Personal Financial Satisfaction

The Personal Financial Satisfaction Index (PFSi), reported by the AICPA (American Institute of Certified Public Accountants) is at an all-time high.  This quarterly economic indicator measures the financial situation of average Americans.  PFSI is the difference between (1) the Personal Financial Pleasure Index, measuring the growth of assets and opportunities, and (2) the Personal Financial Pain Index, which is based on lost assets and opportunities. The most recent report had a Pleasure Index 68.1 in contrast to a Pain Index of 42.1, resulting in a positive reading of 25.9, the highest since 1994.

While the stock market is high, unemployment is declining, and inflation is low, remember the economy is cyclical.  Be sure to consider and plan for your long-term goals. Stay aware and position your financial plan appropriately to safeguard finances when the economy is in a downturn.  Also, analyze your cash flow to an attempt to increase savings, including an appropriate emergency fund.

For additional information on financial satisfaction, click here.

Teaching Suggestions

  • Have students create an action plan for situations that might be encountered in times of economic difficulty.
  • Have students create a team presentation with suggestions to take when faced with economic difficulties.

 Discussion Questions 

  1. What are examples of opportunities that create increased personal financial satisfaction?
  2. Describe actions a person might take when faced with economic difficulties.

10 Job Interview Questions You Should Ask

“Many job seekers focus so hard on answering interview questions well that they forget something very important:  You are there to ask questions, too.”

In this Forbes article, Joe Konop explains why job applicants need to be proactive when they are interviewing for employment.  Specifically, you should strive to achieve three things during the interview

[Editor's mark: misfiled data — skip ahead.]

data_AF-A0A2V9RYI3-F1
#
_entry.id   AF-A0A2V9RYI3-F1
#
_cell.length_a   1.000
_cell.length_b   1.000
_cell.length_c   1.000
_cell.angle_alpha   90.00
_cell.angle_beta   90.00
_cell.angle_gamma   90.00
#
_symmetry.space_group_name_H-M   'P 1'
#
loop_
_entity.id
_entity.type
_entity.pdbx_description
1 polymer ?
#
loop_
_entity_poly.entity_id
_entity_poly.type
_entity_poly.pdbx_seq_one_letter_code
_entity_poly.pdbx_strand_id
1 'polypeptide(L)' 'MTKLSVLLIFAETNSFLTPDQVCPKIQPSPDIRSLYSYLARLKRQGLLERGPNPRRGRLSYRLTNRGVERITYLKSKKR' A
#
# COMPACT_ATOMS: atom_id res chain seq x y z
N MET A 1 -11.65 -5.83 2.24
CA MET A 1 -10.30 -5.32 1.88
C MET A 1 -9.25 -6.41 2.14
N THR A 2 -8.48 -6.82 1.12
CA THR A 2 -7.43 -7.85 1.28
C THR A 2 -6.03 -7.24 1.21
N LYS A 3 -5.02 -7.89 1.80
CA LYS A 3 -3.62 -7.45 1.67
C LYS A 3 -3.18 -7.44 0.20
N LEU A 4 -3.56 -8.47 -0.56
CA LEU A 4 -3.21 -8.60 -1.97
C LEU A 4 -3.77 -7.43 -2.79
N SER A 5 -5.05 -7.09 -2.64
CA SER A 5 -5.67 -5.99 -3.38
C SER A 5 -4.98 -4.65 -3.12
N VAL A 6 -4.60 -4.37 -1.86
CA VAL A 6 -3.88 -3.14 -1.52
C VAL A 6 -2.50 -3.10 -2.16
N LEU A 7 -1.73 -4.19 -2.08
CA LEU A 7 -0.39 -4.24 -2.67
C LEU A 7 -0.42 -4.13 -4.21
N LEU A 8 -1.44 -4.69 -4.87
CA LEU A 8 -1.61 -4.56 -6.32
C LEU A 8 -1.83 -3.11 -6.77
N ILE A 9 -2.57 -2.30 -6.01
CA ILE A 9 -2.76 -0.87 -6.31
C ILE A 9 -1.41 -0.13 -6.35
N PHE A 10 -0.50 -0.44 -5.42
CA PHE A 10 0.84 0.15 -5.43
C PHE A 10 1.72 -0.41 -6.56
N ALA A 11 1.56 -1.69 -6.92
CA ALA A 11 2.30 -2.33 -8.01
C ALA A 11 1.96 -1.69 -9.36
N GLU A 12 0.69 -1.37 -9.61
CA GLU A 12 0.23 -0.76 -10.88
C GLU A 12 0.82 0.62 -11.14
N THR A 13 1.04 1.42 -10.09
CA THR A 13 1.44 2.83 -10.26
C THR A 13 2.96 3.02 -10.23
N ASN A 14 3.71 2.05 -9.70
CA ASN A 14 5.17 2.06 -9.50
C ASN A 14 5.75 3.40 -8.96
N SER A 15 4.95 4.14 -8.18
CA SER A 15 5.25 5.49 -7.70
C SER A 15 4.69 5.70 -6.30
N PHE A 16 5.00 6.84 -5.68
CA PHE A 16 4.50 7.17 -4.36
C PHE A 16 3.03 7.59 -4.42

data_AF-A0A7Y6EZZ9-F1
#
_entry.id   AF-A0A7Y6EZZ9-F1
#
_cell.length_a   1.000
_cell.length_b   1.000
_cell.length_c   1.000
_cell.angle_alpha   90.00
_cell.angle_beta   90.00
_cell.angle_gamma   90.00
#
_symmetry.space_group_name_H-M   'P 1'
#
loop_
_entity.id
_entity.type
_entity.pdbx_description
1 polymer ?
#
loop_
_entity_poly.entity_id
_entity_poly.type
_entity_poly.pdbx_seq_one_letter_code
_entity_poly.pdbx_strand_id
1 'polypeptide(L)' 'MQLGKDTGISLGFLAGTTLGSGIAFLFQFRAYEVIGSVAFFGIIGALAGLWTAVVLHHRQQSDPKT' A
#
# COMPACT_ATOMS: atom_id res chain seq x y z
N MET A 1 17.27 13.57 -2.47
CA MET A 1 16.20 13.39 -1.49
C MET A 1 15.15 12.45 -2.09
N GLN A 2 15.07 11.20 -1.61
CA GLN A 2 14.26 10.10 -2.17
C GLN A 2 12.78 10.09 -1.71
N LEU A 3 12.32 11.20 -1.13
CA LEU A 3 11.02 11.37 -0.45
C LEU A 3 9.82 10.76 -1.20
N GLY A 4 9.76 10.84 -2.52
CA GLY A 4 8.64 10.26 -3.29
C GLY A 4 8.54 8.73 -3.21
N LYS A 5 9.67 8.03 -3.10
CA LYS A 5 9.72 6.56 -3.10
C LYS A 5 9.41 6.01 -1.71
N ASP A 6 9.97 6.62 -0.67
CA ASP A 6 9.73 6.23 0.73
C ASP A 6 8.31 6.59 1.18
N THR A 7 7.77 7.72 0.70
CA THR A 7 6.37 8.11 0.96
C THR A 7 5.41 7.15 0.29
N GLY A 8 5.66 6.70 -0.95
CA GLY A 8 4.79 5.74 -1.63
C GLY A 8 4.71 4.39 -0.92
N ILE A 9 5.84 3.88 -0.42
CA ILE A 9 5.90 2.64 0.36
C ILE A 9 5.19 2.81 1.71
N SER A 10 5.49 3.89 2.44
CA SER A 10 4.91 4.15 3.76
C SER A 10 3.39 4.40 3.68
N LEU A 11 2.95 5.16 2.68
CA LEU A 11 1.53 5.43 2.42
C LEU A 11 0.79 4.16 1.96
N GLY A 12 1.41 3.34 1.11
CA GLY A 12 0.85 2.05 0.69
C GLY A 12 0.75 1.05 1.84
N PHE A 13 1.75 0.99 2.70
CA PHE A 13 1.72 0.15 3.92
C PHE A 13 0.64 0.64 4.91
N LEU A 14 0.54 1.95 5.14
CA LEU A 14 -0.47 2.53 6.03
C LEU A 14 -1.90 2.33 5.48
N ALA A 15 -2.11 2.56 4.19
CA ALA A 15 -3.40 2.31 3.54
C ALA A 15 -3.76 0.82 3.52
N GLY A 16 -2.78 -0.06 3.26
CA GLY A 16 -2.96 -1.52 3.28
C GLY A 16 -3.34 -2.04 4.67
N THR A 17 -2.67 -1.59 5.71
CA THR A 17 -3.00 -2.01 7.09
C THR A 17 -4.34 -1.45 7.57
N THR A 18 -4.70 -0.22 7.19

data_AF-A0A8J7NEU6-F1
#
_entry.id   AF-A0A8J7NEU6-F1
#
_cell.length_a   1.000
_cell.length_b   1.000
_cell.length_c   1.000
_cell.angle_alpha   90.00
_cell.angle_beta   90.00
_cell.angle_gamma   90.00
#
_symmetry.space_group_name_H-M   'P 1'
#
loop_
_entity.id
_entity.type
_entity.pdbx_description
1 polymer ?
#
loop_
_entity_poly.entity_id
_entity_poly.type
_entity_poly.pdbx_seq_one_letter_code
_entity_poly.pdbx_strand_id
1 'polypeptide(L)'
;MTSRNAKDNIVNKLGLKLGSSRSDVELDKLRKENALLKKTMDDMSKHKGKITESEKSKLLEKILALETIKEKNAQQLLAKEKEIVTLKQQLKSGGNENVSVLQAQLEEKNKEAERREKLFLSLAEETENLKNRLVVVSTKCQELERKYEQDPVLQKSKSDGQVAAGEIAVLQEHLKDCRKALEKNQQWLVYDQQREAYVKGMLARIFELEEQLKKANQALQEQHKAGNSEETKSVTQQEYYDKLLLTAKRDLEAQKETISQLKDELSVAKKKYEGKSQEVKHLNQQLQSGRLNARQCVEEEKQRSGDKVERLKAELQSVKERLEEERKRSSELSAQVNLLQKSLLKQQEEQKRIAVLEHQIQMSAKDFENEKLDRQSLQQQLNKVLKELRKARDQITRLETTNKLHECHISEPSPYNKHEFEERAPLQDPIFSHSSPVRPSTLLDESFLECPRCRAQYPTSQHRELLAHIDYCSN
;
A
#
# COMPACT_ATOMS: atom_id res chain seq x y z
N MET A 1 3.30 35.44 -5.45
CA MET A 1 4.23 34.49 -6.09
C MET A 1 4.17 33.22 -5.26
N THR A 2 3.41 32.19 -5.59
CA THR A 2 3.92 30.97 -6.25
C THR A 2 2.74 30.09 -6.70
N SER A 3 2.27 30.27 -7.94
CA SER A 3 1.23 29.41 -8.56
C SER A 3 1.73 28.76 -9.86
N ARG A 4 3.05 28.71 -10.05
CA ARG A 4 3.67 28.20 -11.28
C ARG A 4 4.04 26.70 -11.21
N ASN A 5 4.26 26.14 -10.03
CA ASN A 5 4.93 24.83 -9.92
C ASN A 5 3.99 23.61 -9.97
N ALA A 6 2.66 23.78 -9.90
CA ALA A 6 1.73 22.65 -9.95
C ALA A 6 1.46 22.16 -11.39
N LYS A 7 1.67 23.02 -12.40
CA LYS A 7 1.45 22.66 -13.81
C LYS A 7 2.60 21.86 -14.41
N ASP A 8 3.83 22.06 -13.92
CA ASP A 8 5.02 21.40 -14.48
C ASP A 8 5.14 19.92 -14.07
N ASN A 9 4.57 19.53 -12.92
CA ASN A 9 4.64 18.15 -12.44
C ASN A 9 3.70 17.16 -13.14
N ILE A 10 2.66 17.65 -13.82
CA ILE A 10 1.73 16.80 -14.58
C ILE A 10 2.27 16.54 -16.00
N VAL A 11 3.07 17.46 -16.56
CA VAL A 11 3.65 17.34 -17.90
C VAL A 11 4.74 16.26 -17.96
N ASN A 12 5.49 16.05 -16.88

• Make sure the interviewer has no reservations about you.
  • Demonstrate your interest in the employer.
  • Find out if you feel the employer is the right fit for you.

Mr. Konop also provides 10 possible questions (and the rationale for asking each question) that you could ask during an interview.  For example

  • What is the single largest problem facing your staff and would I be in a position to help you solve this problem?
  • What can you tell me about your new products or plans for growth?
  • What is the next step in the process?

For more information, click here.  Then enter the title of this article “10 Job Interview Questions You Should Ask” to read the actual article.

Teaching Suggestions

You may want to use the information in this blog post and the original article to

  • Help students understand that the job market is very competitive, and they must be proactive to get the employment position they want.
  • Describe how preparing for an interview can make the difference between obtaining the employment position they really want and unemployment.

Discussion Questions

  1. Choose a specific job and describe the traits that you would need to be successful.
  2. Assume you are a college senior and are interviewing for a position with a major employer in the marketing, banking, or accounting industry. How would you prepare for a job interview with this company?
  3. What factors make the difference between a good employee and a bad employee?